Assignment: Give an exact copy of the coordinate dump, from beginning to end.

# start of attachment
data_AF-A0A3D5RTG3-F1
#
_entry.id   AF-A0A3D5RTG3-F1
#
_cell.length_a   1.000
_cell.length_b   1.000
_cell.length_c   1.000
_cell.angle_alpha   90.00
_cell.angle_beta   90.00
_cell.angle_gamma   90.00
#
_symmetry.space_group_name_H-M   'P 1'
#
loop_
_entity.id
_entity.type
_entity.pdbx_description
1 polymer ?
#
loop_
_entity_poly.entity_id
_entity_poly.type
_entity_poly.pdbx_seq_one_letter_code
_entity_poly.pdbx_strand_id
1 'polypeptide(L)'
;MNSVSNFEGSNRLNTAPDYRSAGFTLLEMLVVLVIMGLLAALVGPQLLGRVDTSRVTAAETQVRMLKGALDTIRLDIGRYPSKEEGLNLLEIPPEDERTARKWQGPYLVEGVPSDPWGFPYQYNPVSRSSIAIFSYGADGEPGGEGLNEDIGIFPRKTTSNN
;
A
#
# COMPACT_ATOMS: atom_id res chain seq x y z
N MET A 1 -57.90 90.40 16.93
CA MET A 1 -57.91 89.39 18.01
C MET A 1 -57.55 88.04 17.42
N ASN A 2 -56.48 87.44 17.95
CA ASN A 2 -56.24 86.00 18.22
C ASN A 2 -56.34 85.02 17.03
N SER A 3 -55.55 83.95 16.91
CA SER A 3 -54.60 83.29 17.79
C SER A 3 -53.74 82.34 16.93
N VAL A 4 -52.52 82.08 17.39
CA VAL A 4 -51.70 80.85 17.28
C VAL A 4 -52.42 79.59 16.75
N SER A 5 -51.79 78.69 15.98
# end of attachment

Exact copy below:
data_AF-A0A3D5RTG3-F1
#
_entry.id   AF-A0A3D5RTG3-F1
#
_cell.length_a   1.000
_cell.length_b   1.000
_cell.length_c   1.000
_cell.angle_alpha   90.00
_cell.angle_beta   90.00
_cell.angle_gamma   90.00
#
_symmetry.space_group_name_H-M   'P 1'
#
loop_
_entity.id
_entity.type
_entity.pdbx_description
1 polymer ?
#
loop_
_entity_poly.entity_id
_entity_poly.type
_entity_poly.pdbx_seq_one_letter_code
_entity_poly.pdbx_strand_id
1 'polypeptide(L)'
;MNSVSNFEGSNRLNTAPDYRSAGFTLLEMLVVLVIMGLLAALVGPQLLGRVDTSRVTAAETQVRMLKGALDTIRLDIGRYPSKEEGLNLLEIPPEDERTARKWQGPYLVEGVPSDPWGFPYQYNPVSRSSIAIFSYGADGEPGGEGLNEDIGIFPRKTTSNN
;
A
#
# COMPACT_ATOMS: atom_id res chain seq x y z
N MET A 1 -57.90 90.40 16.93
CA MET A 1 -57.91 89.39 18.01
C MET A 1 -57.55 88.04 17.42
N ASN A 2 -56.48 87.44 17.95
CA ASN A 2 -56.24 86.00 18.22
C ASN A 2 -56.34 85.02 17.03
N SER A 3 -55.55 83.95 16.91
CA SER A 3 -54.60 83.29 17.79
C SER A 3 -53.74 82.34 16.93
N VAL A 4 -52.52 82.08 17.39
CA VAL A 4 -51.70 80.85 17.28
C VAL A 4 -52.42 79.59 16.75
N SER A 5 -51.79 78.69 15.98